EGU General Assembly 2020
© Author(s) 2020. This work is distributed under
the Creative Commons Attribution 4.0 License.

From climate projections to climate change services in Australia – retrospective and future directions

John Clarke1, Karl Braganza2, Geoff Gooley1, Michael Grose1, and Louise Wilson2
John Clarke et al.
  • 1CSIRO, Climate Science Centre, Aspendale Vic. Australia
  • 2Bureau of Meteorology, Docklands Vic. Australia

Australia is the World’s driest inhabited continent. It is highly exposed to the impacts of climate change: surrounded by sensitive marine ecosystems including the Great Barrier Reef, vulnerable to tropical cyclones and changing monsoonal patterns in the north, experiencing declining rainfall and runoff in the heavily populated southern and eastern parts of the country, and subject to increasingly severe bushfires. The ever-present flood, drought and bushfire cycles have historically motivated government investment in programs that aim to understand the nation’s climate and its drivers, and to inform adaptation planning and disaster risk management.

Accordingly, the Commonwealth Scientific and Industrial Research Organisation (CSIRO) and the Australian Bureau of Meteorology (BoM) have been at the forefront of understanding Australia’s past and future climate for four decades.

The most recent national climate projections were published in 2015. These focussed on the needs of the natural resource management sector and represented a first step towards delivery of climate change services tailored to the sector’s needs. Products included decision support tools and provision of training for capacity building. A key component of the research program was stakeholder engagement from inception. The resultant Climate Change in Australia website ( and Help Desk represented the most ambitious steps to date towards a comprehensive Australian climate change service, and were a first attempt at user-driven information delivery.

Now five years on, users' needs have evolved substantially. Key drivers of this include: (1) the Paris Agreement (2015) to limit global temperature rise to below 2.0°C (ideally below 1.5°C) above pre-industrial levels, (2) implications of the Taskforce for Climate-related Financial Disclosures (TCFD, 2017), and (3) IPCC Special Reports. This has occurred on top of a trend towards increasingly sophisticated uses of climate projections datasets for decision-making. Existing products do not meet all user needs. There is a pronounced ‘pull’ from users of climate projections for sector-specific "decision-relevant" information for risk-management decisions. The cross-jurisdictional impacts of climate change have also resulted in a need for authoritative, standardized and quality-assured climate scenarios for the entire country, to facilitate whole of sector, cross-agency and multi-sector responses and adaptation. As Lourenco et al (2016) said, climate change services for Australia need to shift from “science-driven and user informed services to user-driven and science informed services.”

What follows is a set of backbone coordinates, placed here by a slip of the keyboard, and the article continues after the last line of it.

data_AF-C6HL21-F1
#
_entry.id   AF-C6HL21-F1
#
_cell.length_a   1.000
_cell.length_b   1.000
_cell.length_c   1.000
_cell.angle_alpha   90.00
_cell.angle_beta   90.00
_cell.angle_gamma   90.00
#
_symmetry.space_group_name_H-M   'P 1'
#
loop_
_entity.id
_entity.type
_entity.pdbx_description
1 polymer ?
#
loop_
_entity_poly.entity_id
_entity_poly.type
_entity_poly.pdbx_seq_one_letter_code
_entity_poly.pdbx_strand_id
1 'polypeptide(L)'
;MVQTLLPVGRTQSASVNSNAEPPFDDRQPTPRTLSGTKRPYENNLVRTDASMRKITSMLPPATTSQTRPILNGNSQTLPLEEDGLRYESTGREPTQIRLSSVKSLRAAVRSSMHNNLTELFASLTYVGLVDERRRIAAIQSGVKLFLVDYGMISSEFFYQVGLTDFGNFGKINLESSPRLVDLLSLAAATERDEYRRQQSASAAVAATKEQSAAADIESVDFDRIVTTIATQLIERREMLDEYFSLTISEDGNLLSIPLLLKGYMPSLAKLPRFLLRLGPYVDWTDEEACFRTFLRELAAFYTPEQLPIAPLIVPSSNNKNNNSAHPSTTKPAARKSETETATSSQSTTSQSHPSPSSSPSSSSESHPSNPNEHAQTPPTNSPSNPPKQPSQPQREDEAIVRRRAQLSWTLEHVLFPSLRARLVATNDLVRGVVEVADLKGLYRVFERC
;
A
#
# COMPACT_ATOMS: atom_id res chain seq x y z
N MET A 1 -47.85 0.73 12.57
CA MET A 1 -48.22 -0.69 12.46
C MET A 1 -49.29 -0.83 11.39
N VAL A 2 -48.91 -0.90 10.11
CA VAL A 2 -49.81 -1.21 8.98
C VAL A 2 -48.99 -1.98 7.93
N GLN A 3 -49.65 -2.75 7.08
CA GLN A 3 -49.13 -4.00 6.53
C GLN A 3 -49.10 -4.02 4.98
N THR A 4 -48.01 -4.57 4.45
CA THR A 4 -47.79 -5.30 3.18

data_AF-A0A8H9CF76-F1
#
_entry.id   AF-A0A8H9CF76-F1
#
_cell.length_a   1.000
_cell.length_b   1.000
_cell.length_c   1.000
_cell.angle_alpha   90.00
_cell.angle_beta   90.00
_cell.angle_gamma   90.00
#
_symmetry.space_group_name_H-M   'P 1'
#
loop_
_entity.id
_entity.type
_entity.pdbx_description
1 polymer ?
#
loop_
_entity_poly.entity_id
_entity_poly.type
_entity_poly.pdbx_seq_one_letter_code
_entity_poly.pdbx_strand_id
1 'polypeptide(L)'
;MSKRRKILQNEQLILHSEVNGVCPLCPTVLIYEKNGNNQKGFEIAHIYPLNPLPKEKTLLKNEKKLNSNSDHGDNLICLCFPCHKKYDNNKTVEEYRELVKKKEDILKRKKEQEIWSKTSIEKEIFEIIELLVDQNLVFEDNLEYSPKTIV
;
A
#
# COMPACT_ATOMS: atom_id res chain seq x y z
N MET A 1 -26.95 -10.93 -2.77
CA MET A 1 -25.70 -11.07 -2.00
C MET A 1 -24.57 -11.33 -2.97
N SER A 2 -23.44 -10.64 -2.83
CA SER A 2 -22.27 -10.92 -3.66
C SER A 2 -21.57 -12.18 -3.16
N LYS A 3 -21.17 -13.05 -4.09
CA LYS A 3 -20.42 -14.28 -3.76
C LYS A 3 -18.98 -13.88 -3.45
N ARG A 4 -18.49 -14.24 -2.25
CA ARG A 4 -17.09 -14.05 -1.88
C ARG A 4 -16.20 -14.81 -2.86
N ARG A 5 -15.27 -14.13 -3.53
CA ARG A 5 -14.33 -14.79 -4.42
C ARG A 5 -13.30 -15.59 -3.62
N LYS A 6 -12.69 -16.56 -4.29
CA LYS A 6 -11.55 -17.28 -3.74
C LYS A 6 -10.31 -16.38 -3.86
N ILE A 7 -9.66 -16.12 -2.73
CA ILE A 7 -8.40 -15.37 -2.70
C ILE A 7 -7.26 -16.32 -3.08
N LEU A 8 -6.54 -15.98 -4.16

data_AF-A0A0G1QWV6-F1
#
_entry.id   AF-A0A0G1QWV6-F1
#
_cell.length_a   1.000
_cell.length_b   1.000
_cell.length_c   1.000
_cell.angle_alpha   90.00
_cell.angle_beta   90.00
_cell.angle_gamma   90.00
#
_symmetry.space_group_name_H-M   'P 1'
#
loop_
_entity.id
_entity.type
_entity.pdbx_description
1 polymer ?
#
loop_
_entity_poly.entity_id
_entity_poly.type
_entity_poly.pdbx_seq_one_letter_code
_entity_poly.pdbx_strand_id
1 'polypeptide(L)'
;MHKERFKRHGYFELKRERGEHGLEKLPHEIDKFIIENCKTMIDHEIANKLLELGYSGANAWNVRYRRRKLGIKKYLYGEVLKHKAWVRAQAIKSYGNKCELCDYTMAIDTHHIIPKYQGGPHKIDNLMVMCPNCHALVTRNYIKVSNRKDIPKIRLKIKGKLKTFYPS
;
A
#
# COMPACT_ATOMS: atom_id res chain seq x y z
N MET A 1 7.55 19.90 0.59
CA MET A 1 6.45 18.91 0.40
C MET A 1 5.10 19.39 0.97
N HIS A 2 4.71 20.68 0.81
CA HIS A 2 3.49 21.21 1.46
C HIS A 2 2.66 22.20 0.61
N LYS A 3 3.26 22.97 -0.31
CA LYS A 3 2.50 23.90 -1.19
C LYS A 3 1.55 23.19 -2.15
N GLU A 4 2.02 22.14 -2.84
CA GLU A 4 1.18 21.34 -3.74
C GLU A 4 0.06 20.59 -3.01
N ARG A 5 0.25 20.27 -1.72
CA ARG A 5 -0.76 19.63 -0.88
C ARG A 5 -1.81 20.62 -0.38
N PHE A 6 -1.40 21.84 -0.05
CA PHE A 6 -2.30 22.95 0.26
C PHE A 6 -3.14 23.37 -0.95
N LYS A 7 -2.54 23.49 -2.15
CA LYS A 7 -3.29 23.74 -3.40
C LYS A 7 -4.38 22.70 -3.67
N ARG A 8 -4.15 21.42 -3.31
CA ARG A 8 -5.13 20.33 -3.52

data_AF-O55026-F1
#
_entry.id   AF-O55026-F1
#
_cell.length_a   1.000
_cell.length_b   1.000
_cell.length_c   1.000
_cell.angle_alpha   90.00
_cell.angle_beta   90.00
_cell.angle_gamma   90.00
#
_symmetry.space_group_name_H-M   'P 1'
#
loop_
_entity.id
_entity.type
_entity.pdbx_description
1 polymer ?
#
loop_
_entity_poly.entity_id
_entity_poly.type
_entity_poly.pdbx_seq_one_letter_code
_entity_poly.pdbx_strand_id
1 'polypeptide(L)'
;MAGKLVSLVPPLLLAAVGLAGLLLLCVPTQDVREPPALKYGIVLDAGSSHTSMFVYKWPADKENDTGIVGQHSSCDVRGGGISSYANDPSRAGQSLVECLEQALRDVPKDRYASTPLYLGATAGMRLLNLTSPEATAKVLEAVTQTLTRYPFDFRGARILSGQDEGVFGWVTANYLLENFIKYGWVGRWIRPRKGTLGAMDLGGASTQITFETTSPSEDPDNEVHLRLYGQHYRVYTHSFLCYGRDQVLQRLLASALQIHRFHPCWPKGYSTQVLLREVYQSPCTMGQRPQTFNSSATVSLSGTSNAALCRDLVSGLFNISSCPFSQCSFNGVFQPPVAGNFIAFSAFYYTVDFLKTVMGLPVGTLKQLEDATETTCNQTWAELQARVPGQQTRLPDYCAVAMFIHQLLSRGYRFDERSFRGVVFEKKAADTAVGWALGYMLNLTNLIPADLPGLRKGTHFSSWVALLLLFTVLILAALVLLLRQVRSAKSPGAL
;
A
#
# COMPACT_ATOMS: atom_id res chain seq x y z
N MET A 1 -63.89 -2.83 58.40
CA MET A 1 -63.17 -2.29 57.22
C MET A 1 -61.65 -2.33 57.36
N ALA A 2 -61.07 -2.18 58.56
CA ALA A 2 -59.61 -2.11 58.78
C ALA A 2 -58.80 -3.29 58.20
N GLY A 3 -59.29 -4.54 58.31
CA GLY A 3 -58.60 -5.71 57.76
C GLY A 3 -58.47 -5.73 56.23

There is increased emphasis on sector-specific tools that aim to provide decision-relevant information and underpinning datasets. An ongoing challenge is the need to enable the uptake of climate information in decision-making. This necessitates a skill uplift on the user side. To date, efforts have focused on the water, finance, energy, and indigenous land management sectors. Increasingly, the focus within Australia is on working together across jurisdictional boundaries to provide nationally consistent information; with enhanced transparency drawing upon climate science resources within universities and all levels of government. Strong partnerships with the private sector are also needed in order to deliver to burgeoning demand. Success will require genuine co-design, co-production and co-evaluation of sector-specific products with a suite of support services appropriate to the needs of diverse users.

How to cite: Clarke, J., Braganza, K., Gooley, G., Grose, M., and Wilson, L.: From climate projections to climate change services in Australia – retrospective and future directions, EGU General Assembly 2020, Online, 4–8 May 2020, EGU2020-20393,, 2020

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Version description: Hi everyone, we've updated slide #9 as the rainfall projections were incorrectly attributed in the first version. The[...]
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  • CC1: Comment on EGU2020-20393, Janette Bessembinder, 05 May 2020

    What is currently the most important gap in science considering the current user needs? (Janette Bessembinder)